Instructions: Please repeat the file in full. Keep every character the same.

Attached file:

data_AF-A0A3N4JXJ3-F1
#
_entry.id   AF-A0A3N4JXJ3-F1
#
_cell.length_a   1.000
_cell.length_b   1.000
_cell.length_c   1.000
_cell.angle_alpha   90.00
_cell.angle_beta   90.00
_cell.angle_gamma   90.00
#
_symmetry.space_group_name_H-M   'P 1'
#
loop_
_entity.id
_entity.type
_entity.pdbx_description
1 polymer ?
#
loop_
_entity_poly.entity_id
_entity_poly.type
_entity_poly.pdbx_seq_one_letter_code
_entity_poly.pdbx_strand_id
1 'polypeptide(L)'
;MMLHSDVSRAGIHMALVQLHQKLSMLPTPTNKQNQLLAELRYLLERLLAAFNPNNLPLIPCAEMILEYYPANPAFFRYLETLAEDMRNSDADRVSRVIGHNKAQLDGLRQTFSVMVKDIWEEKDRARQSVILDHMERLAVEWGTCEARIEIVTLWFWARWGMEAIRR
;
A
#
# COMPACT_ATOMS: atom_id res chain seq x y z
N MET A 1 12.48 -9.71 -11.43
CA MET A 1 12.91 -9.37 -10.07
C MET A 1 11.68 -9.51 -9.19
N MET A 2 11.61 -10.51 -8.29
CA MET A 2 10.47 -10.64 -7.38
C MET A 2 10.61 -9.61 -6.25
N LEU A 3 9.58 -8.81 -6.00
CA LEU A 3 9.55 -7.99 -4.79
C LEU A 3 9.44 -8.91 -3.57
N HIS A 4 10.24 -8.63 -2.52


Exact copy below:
data_AF-A0A3N4JXJ3-F1
#
_entry.id   AF-A0A3N4JXJ3-F1
#
_cell.length_a   1.000
_cell.length_b   1.000
_cell.length_c   1.000
_cell.angle_alpha   90.00
_cell.angle_beta   90.00
_cell.angle_gamma   90.00
#
_symmetry.space_group_name_H-M   'P 1'
#
loop_
_entity.id
_entity.type
_entity.pdbx_description
1 polymer ?
#
loop_
_entity_poly.entity_id
_entity_poly.type
_entity_poly.pdbx_seq_one_letter_code
_entity_poly.pdbx_strand_id
1 'polypeptide(L)'
;MMLHSDVSRAGIHMALVQLHQKLSMLPTPTNKQNQLLAELRYLLERLLAAFNPNNLPLIPCAEMILEYYPANPAFFRYLETLAEDMRNSDADRVSRVIGHNKAQLDGLRQTFSVMVKDIWEEKDRARQSVILDHMERLAVEWGTCEARIEIVTLWFWARWGMEAIRR
;
A
#
# COMPACT_ATOMS: atom_id res chain seq x y z
N MET A 1 12.48 -9.71 -11.43
CA MET A 1 12.91 -9.37 -10.07
C MET A 1 11.68 -9.51 -9.19
N MET A 2 11.61 -10.51 -8.29
CA MET A 2 10.47 -10.64 -7.38
C MET A 2 10.61 -9.61 -6.25
N LEU A 3 9.58 -8.81 -6.00
CA LEU A 3 9.55 -7.99 -4.79
C LEU A 3 9.44 -8.91 -3.57
N HIS A 4 10.24 -8.63 -2.52